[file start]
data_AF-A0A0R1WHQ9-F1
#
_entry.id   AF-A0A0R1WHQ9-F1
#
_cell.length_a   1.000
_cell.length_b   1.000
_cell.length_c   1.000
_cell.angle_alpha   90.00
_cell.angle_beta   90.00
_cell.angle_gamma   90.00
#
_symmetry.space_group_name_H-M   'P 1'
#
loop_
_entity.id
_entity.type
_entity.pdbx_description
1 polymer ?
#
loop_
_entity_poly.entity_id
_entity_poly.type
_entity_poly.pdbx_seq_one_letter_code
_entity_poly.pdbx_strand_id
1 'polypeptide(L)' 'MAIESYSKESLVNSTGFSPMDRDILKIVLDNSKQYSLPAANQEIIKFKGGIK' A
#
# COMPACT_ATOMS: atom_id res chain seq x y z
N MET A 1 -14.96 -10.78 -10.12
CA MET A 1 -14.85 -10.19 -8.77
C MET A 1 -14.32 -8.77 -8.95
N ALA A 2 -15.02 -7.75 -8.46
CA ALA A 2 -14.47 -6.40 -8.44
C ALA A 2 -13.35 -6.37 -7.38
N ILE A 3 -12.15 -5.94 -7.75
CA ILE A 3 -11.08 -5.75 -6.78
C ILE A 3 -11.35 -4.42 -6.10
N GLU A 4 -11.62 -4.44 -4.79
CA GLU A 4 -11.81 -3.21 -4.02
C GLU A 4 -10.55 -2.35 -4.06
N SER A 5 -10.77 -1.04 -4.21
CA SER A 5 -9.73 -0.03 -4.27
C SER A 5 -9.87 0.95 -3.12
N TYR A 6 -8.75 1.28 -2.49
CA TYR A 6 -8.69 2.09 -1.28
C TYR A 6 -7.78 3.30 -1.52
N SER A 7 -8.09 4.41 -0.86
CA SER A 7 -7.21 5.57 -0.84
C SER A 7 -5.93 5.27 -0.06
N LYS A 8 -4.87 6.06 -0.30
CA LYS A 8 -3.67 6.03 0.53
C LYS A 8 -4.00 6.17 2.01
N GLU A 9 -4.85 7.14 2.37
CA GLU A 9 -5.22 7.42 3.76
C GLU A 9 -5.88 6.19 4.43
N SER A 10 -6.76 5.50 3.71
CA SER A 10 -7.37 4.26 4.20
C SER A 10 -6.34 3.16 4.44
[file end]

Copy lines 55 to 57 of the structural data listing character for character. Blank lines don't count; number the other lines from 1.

N SER A 10 -6.76 5.50 3.71
CA SER A 10 -7.37 4.26 4.20
C SER A 10 -6.34 3.16 4.44